How Can I Get Kids to Eat Real Food? Tip #5

If you’re reading my blog, you probably want to improve your diet. But for many, getting the kids on board is the biggest stumbling block. Parents like the idea but want to know, “how can I get my kids to eat healthy food?” This is the first in a series of posts that will help you put theory into practice, and get the whole family happily eating real food.
Tip #5 is:  Cook with your kids.

I hate the term “quality time”. I mean, I like the idea of spending time in which you’re focused on your child, but I don’t like having to label it. Ideally, it should happen naturally in the course of a day.
One unforced way to find time to do something with your child is by cooking together. This is a win-win-win-win and (one more win) situation.
1. It’s a great way to spend time with your child.
Nuff said.
2. It’s a way for him or her to learn the fundamentals of cooking.
It’s easy to find a suitable task that even a preschooler can do: pouring things into a bowl, fetching 3 tomatoes from the fridge, stirring. Sure it’ll take a bit longer to prepare dinner, but in the big picture, it’s totally worth it because you are creating an independent child who is a good eater. That will save you time in the long run.
3. Having your child prepare food that is enjoyed by the family is a fabulous self-esteem builder.
Pick up a book about building self esteem in kids and you’ll see that it has a lot to do with having them undertake and accomplish tasks.
I remember when my daughter was about seven and had a friend of the same age visiting together with his mom. Those were the days when I used to buy frozen concentrate juice. My daughter was thirsty so she went to the fridge to get herself some juice. When she saw we were out, she climbed on a chair, got frozen concentrate out of the freezer, and made a pitcherful. My friend just stared in awe and said, “we don’t even let Mark open the fridge alone”. 
4. You child is much more likely to eat a nutritious dish made of real food ingredients if he or she was the chef.
Ever read articles on affecting change in the workplace? Compare A) management turning up one day and informing the workers of a change vs. B) management presenting a problem to the staff and having them discuss and decide together on a solution. In which case do you think the staff was more willing to accept change?
Well, it’s a similar situation in the family. Management (that would be you) could suddenly put an unfamiliar soup on the table and expect staff (that’s your kid) to eat it, or management and staff can make the soup together. What do you think it likely to go over better?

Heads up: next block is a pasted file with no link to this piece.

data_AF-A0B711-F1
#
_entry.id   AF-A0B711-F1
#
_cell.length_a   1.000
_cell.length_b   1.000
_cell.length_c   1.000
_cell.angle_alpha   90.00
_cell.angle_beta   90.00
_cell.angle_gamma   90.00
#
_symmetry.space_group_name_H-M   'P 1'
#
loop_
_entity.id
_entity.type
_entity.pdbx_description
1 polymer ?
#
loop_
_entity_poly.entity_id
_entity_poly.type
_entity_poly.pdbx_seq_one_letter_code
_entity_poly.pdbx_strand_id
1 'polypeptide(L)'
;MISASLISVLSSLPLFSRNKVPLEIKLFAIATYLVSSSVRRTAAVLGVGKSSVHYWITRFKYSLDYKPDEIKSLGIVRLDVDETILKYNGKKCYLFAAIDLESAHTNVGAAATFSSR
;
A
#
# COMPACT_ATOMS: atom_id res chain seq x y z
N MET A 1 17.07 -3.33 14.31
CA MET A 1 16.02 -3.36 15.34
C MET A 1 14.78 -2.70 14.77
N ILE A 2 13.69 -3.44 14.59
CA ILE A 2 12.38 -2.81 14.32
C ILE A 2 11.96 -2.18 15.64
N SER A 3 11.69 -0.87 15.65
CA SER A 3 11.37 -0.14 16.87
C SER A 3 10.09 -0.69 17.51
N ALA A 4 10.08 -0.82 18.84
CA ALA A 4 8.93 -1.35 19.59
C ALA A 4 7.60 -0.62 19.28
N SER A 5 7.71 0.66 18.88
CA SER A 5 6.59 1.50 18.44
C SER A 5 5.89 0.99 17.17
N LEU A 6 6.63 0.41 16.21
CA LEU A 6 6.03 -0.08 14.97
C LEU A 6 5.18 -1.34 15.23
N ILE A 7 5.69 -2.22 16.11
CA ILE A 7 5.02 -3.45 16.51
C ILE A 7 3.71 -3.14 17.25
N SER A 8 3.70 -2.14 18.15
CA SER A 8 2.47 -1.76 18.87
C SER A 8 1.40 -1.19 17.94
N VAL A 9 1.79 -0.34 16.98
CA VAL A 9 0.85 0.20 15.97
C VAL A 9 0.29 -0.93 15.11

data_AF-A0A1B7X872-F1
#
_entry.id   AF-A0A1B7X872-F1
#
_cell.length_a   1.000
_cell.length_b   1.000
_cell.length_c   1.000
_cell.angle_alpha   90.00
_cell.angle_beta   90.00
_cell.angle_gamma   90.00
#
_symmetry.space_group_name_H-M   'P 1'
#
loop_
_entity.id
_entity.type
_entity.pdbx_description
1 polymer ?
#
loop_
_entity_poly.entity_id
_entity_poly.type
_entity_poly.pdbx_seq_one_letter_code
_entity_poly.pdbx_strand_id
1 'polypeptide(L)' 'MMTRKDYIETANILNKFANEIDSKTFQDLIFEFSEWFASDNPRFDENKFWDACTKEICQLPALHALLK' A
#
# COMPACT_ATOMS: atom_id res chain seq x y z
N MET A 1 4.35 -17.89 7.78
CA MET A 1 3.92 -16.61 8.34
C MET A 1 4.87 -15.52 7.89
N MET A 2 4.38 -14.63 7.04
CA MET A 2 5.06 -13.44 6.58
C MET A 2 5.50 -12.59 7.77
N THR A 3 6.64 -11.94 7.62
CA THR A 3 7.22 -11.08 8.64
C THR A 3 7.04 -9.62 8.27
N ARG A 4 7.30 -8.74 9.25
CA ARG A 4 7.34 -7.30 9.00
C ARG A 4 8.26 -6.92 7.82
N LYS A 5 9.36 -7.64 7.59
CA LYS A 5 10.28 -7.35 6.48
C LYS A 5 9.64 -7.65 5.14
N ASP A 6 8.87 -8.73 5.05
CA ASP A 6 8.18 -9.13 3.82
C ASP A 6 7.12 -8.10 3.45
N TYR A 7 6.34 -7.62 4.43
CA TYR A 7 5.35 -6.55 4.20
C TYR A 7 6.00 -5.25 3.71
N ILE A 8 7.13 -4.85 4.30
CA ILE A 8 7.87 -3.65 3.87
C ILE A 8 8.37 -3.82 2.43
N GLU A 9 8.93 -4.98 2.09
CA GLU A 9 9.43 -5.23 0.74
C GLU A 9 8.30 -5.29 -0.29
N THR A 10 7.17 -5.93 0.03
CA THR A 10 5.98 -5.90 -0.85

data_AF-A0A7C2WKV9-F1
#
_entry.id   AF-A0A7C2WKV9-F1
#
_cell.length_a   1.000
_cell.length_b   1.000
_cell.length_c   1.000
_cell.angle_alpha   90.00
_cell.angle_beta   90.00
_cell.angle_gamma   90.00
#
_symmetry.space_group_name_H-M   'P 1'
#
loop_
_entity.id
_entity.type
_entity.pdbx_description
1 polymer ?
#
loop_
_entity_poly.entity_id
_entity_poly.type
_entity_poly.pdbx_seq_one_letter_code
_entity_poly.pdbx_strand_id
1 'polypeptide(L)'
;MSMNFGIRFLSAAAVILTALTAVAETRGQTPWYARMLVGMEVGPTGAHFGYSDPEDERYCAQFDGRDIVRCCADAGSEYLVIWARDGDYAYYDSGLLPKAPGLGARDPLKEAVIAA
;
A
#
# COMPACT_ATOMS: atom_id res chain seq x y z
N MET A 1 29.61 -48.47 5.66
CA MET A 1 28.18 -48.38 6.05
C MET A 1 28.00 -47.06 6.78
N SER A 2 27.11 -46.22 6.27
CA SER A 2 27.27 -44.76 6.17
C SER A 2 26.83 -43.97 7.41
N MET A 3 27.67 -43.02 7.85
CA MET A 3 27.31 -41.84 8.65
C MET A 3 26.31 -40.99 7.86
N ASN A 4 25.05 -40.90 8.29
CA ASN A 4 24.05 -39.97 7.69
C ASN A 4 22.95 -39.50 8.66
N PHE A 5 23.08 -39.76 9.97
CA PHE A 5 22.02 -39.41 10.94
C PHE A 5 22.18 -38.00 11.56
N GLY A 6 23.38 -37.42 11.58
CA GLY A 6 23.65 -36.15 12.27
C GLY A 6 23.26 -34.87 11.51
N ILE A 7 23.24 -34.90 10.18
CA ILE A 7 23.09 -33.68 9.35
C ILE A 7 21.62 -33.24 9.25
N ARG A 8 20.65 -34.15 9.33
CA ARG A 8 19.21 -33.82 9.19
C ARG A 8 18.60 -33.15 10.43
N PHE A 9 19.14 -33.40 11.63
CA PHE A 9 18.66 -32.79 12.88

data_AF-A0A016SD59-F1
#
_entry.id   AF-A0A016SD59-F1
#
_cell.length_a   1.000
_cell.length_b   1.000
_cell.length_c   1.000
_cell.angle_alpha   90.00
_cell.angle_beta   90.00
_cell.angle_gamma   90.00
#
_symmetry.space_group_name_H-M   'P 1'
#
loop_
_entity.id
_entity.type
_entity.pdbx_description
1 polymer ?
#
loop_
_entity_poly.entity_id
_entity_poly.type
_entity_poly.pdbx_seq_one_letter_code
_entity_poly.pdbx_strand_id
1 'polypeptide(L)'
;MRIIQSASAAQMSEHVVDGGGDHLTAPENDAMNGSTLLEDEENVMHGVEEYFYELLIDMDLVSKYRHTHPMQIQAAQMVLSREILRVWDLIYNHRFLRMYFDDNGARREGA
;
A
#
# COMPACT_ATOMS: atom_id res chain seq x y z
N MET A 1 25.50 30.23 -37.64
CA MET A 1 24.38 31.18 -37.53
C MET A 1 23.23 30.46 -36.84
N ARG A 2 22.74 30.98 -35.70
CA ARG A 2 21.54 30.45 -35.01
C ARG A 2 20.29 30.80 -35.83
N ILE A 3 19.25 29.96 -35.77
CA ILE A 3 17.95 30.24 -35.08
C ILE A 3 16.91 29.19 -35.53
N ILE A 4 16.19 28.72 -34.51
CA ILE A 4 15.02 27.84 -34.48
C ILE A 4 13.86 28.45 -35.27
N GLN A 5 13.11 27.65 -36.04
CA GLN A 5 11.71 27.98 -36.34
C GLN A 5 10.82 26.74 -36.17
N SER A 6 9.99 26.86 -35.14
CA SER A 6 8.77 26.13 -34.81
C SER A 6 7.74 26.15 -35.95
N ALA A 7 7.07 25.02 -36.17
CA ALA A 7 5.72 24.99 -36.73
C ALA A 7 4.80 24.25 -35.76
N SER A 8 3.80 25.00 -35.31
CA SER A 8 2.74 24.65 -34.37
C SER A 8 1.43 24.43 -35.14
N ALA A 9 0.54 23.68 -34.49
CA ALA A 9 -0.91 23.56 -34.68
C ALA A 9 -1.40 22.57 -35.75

And hey, cooking with kids can be fun.
My advice, start involving your kids when they’re young, like I did.  

Kids in the kitchen: My son helping me make homemade yogurt.
Have you already read my other tips on how to get kids to eat?


Sue said...

Heavy sigh... of both relief and frustration. I'm Kosher, gluten-free, as free of soy, dairy, and sweeteners as possible (I cheat a little bit...) I have tested sensitive to onions, celery, pear, romaine, hops, and a few chemicals. Food is definitely an *ISSUE* for me. As you can imagine, I have to cook a lot... and I hate cooking :-(. I couldn't deal with shopping or cooking with the kids when they were young (I found it overwhelming...), so now I have two kids (12 and 9) who don't help very much.

I've always been Kosher, so that's not an issue, but the other changes have come as a result of MY health issues. And I feel SOOO much better now!!! It's hard for me to watch my kids eat what they eat (my son is VERY picky, which only makes it worse....) I know it's bad for them but I don't want to make food a fight, so I haven't pushed too hard. I'm hoping that seeing what I've done and how I eat now will influence them (and I say things like "I don't eat that anymore because...")

I wish I could go back and do things differently, but I did what I did then because of how *I* felt, which was too sick to deal with it. And going through what I went through is the only way I would have ended up where I am, so I know it's a journey.

I get so frustrated by how much time I spend dealing with food... between what I *can't* eat and what they *won't* eat it feels like my days revolve around food.

Glad to have found a blog that deals with these issues. It makes me feel better about the struggles I'm having....

Ruth Almon said...

Hi Sue,
I think it does get easier. With my own changes, it took quite a while to figure out what exactly to cook, but once I figured it out, at least I didn't have to think about it anymore. I mean, there's the shopping/cooking aspect, but there is also the business of rethinking everything and that can certainly be tiring.

I think picky kids do come around, but it takes months and years, not days and weeks for them to change.

VivJM said...

I loved this post! I enjoy having my kids help out in the kitchen, and they are definitely more willing to eat different foods if they have helped prepare them. Hopefully it will be a payoff in the long run too, when I can sit around with my feet up while they prepare lovely real food meals :-)

Ruth Almon said...

I have been served wonderful food by my kids. There IS a great payoff!

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